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China Robotics & Automation Industry Review
Supply chain tightness remains the key buzzword affecting all automation and robotics companies during 1H22. The ability to manage supply chains whilst being agile was critical for manufacturers during the China lockdown. We continue to believe that Chinese players who are able to demonstrate strong management of local supply chains are likely to gain further market share during such periods of disruption.
Automation demand varied across verticals during the pandemic lockdown
The lockdown heavily disrupted demand for Chinese automation and robotics in April and May, with significant interruptions to logistics and production during that period. In particular, the capital expenditure of small enterprises saw the greatest hit as many suffered from weak cash flows and profitability, which limited their spending interest and spending power. For larger corporate customers, their spending was mostly delayed but not cancelled. Automation solution delivery and revenue recognition were mainly delayed due to logistics disruptions and labor shortages. On the contrary, according to the purchasing managers’ index (PMI) and JMTBA1 data, overall automation demand was fairly resilient and healthy in Europe and the US.
Across end market verticals, we see a divergence in the performance of demand growth. There was generally strong new order and growth momentum in end verticals that benefited from decarbonization. Meanwhile, industries with a higher mix of small enterprises have generally underperformed. Airtac’s May data suggest healthy industry growth (+10%) with demand from the battery (+110% YoY), automobile (+110% YoY), energy and lighting (+110% YoY), and electronics (+25% YoY) markets outperforming relatively.
Supply chain tightness remains the key challenge; benefiting Chinese players during lockdown
Due to unpredictable production and logistics, China’s lockdown worsened the supply chain tightness globally given that China is one of the key production hubs. Hence, many global robotics suppliers’ lead time increases further. The supply chain tightness became the main bottleneck for automation companies to cater to customer demand. Fanuc and Yaskawa Robotics’ lead time got extended further, according to distributor channel checks, and in some cases, they were unable to provide a fixed delivery time.
For automation and robotics brands, chip availability remains a bottleneck with little signs of improvement in the near term. Recent distributor and corporate calls still cited the chip shortages as a key reason for robotics production delay. This is worse for foreign brands with more stringent supply chain management policies. Their customers are also more stringent and could take a longer time to accept new component suppliers. As a result, the industry inventory level is lower than normal.
This tightness benefits select Chinese automation and robotics suppliers due to their much shorter product lead times and more agile supply chain management. Moreover, these Chinese players only have one target market, leading to much better distributor and customer management priority. Unless we see a more certain full-scale reopening, those import substitution benefits are likely to stay for some time.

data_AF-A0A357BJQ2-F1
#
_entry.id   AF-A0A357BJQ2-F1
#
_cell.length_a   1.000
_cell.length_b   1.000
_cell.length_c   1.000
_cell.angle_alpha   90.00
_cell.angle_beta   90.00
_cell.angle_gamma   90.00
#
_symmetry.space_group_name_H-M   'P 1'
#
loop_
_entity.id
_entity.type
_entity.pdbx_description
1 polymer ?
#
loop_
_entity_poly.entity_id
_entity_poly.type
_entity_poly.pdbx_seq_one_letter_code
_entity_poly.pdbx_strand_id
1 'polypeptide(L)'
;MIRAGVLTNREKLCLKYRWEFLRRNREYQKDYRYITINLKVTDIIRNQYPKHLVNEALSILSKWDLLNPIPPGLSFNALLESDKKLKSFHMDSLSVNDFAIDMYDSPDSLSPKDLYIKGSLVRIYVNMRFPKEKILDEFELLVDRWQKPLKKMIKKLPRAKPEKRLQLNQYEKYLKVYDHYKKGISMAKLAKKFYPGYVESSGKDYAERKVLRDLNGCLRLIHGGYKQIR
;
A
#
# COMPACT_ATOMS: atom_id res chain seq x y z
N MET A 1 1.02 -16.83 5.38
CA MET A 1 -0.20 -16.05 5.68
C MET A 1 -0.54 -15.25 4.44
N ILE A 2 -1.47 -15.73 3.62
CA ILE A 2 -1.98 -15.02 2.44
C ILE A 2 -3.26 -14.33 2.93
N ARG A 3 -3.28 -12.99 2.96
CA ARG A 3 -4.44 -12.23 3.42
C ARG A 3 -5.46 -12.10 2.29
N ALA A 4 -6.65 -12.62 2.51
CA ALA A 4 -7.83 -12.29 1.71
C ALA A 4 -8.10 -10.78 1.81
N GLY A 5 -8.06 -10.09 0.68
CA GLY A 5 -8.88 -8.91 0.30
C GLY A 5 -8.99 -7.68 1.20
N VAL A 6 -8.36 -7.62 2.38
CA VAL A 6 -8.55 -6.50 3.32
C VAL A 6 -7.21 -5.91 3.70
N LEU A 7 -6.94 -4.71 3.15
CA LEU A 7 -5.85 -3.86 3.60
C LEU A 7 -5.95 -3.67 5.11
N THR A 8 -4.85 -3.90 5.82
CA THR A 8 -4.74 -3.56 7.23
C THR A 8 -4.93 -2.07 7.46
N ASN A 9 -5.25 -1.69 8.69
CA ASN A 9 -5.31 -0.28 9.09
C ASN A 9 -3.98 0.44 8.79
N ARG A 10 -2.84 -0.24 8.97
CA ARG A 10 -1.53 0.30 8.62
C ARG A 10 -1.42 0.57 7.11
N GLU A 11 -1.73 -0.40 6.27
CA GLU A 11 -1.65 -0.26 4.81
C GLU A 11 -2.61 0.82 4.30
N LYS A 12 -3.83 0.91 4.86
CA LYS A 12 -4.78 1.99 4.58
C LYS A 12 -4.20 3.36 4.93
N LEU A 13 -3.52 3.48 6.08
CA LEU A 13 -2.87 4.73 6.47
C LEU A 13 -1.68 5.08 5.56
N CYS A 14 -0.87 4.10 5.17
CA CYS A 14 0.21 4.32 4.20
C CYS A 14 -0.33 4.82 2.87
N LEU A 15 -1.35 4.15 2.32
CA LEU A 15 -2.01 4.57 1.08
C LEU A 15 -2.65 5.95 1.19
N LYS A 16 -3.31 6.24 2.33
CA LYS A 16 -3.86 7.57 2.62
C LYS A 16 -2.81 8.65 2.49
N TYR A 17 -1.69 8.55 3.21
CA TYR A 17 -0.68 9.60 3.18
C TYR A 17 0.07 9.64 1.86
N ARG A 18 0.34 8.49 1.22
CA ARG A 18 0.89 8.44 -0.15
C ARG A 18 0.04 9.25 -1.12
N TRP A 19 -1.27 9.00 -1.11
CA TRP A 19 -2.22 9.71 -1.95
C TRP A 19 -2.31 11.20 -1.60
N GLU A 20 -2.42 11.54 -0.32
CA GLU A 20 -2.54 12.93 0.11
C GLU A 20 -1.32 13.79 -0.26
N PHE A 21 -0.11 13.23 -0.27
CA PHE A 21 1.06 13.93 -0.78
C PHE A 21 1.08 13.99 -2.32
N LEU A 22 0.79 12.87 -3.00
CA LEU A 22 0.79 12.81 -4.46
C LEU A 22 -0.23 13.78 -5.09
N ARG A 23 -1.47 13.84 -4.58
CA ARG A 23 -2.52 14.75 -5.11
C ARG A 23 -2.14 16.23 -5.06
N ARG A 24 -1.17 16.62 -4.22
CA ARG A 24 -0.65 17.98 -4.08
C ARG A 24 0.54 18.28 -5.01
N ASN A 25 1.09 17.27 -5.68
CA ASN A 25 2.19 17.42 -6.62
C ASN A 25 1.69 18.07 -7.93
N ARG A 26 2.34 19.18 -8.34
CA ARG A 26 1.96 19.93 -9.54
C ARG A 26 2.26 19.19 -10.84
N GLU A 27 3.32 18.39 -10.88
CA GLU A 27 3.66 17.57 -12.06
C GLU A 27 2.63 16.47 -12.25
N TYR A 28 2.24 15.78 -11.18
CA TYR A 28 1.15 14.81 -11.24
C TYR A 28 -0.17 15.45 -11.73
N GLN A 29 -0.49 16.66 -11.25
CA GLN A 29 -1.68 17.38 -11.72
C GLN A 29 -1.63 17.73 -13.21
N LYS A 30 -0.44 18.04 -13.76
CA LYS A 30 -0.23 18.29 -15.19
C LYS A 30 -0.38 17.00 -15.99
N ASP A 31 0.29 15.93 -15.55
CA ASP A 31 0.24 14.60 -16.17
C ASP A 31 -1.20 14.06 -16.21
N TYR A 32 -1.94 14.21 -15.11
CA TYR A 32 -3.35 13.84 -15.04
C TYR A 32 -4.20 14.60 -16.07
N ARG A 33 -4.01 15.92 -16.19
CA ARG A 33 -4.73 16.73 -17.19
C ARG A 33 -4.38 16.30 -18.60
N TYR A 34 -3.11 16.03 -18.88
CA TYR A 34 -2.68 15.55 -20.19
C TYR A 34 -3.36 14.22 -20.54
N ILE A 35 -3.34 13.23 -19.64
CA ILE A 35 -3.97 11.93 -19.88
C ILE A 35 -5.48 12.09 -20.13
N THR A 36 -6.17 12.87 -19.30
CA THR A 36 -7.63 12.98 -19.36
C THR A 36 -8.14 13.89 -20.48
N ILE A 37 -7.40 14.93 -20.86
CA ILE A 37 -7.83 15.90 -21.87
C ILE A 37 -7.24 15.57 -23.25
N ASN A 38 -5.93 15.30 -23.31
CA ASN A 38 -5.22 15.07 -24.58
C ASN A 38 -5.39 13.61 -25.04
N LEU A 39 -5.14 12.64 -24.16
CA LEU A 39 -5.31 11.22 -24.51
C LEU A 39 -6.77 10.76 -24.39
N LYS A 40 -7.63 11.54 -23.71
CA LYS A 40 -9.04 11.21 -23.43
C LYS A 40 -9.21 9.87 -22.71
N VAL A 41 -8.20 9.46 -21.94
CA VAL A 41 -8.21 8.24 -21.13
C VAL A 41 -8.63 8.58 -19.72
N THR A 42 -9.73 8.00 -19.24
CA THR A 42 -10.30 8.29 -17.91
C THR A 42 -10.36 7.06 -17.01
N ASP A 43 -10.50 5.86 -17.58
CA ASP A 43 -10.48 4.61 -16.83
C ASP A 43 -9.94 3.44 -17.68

Anticipating improving China growth but concerned on ex-China growth in 2H22
As we head into 2H22, the base effect will lead to headline figures showing a divergence between China and ex-China growth. Last year, May was the peak for China’s automation delivery. Thus, 2H22 will have an easier comparable. On the contrary, ex-China growth will face a high base effect in 2H22, leading to a moderating YoY growth rate. JMTBA data might turn negative in October this year. Concerns on rate hike impacts on the developed market economy might slow the corporates’ pace of capital spending.
For the upcoming quarters, we should also anticipate some restocking activities in China. The inventory of automation solutions and components was depleted during the lockdown. As manufacturing activity recovers and demand normalizes, we expect the supply chain to gradually restock as a buffer to weather potential disruptions in the future. As such, this could drive a stronger-than-normal demand recovery.
In terms of key end applications, we believe robotics demand will stay resilient in 2H22, benefitting from global automation needs to resolve labor availability issues. Laser application demand could take a longer time to recover following the pandemic. Part of laser demand is for general purposes, with high exposure to small enterprises. These small enterprises will only spend capex when they see improving order trends and profitability. For laboratory testing demand, lower corporate profitability and tighter government budgets could slow demand in 2H22.
Components demand is a relative bright spot. As the order lead time of automation companies remains quite long, they are still digesting the strong order and demand from prior to the pandemic lockdown. As such, the demand for components is still fairly resilient. According to Hiwin, their linear guide / ball screw production lead time remains stable (~3-3.5 months / 4 months now, vs 2-3 months / 5.5 months at the end of 2021).2
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